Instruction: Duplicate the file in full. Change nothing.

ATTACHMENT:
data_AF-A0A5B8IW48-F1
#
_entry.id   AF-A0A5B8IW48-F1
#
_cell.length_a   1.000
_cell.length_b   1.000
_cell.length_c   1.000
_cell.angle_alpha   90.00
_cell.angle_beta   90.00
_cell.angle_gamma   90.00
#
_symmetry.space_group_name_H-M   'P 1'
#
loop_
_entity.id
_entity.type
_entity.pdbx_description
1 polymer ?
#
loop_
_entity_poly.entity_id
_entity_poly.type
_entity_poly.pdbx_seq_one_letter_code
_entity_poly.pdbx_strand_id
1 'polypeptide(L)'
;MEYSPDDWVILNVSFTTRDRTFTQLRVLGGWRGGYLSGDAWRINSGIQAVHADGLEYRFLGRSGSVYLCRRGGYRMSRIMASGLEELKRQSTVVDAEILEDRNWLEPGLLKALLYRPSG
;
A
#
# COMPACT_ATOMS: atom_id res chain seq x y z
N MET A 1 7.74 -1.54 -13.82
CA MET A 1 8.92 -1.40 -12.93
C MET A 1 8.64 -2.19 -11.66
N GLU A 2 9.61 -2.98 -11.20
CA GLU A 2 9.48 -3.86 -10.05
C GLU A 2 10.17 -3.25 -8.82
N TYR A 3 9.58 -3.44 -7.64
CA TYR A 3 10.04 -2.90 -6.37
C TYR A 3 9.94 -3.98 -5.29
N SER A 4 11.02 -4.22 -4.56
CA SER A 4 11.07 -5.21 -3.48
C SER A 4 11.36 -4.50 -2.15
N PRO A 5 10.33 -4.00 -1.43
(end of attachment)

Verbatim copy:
data_AF-A0A5B8IW48-F1
#
_entry.id   AF-A0A5B8IW48-F1
#
_cell.length_a   1.000
_cell.length_b   1.000
_cell.length_c   1.000
_cell.angle_alpha   90.00
_cell.angle_beta   90.00
_cell.angle_gamma   90.00
#
_symmetry.space_group_name_H-M   'P 1'
#
loop_
_entity.id
_entity.type
_entity.pdbx_description
1 polymer ?
#
loop_
_entity_poly.entity_id
_entity_poly.type
_entity_poly.pdbx_seq_one_letter_code
_entity_poly.pdbx_strand_id
1 'polypeptide(L)'
;MEYSPDDWVILNVSFTTRDRTFTQLRVLGGWRGGYLSGDAWRINSGIQAVHADGLEYRFLGRSGSVYLCRRGGYRMSRIMASGLEELKRQSTVVDAEILEDRNWLEPGLLKALLYRPSG
;
A
#
# COMPACT_ATOMS: atom_id res chain seq x y z
N MET A 1 7.74 -1.54 -13.82
CA MET A 1 8.92 -1.40 -12.93
C MET A 1 8.64 -2.19 -11.66
N GLU A 2 9.61 -2.98 -11.20
CA GLU A 2 9.48 -3.86 -10.05
C GLU A 2 10.17 -3.25 -8.82
N TYR A 3 9.58 -3.44 -7.64
CA TYR A 3 10.04 -2.90 -6.37
C TYR A 3 9.94 -3.98 -5.29
N SER A 4 11.02 -4.22 -4.56
CA SER A 4 11.07 -5.21 -3.48
C SER A 4 11.36 -4.50 -2.15
N PRO A 5 10.33 -4.00 -1.43